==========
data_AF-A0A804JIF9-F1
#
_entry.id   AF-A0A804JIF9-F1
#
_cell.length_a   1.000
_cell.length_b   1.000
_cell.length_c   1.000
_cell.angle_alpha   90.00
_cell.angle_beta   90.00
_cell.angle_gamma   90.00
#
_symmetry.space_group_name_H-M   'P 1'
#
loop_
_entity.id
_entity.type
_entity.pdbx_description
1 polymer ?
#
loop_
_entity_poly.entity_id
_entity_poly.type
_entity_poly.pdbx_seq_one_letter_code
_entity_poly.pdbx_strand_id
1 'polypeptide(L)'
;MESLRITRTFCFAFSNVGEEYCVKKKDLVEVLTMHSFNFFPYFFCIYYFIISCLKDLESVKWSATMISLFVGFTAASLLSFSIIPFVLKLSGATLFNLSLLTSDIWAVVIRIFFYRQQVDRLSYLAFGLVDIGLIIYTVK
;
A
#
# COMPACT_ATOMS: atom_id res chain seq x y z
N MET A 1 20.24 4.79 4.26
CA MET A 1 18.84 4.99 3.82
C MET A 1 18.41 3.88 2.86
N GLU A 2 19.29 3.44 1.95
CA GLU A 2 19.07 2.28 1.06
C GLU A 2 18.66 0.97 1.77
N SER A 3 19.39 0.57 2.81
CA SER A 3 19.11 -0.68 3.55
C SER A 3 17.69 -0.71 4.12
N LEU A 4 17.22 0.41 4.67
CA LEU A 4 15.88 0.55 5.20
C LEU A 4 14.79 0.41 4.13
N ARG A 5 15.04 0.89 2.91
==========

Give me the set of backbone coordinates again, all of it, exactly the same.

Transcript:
data_AF-A0A804JIF9-F1
#
_entry.id   AF-A0A804JIF9-F1
#
_cell.length_a   1.000
_cell.length_b   1.000
_cell.length_c   1.000
_cell.angle_alpha   90.00
_cell.angle_beta   90.00
_cell.angle_gamma   90.00
#
_symmetry.space_group_name_H-M   'P 1'
#
loop_
_entity.id
_entity.type
_entity.pdbx_description
1 polymer ?
#
loop_
_entity_poly.entity_id
_entity_poly.type
_entity_poly.pdbx_seq_one_letter_code
_entity_poly.pdbx_strand_id
1 'polypeptide(L)'
;MESLRITRTFCFAFSNVGEEYCVKKKDLVEVLTMHSFNFFPYFFCIYYFIISCLKDLESVKWSATMISLFVGFTAASLLSFSIIPFVLKLSGATLFNLSLLTSDIWAVVIRIFFYRQQVDRLSYLAFGLVDIGLIIYTVK
;
A
#
# COMPACT_ATOMS: atom_id res chain seq x y z
N MET A 1 20.24 4.79 4.26
CA MET A 1 18.84 4.99 3.82
C MET A 1 18.41 3.88 2.86
N GLU A 2 19.29 3.44 1.95
CA GLU A 2 19.07 2.28 1.06
C GLU A 2 18.66 0.97 1.77
N SER A 3 19.39 0.57 2.81
CA SER A 3 19.11 -0.68 3.55
C SER A 3 17.69 -0.71 4.12
N LEU A 4 17.22 0.41 4.67
CA LEU A 4 15.88 0.55 5.20
C LEU A 4 14.79 0.41 4.13
N ARG A 5 15.04 0.89 2.91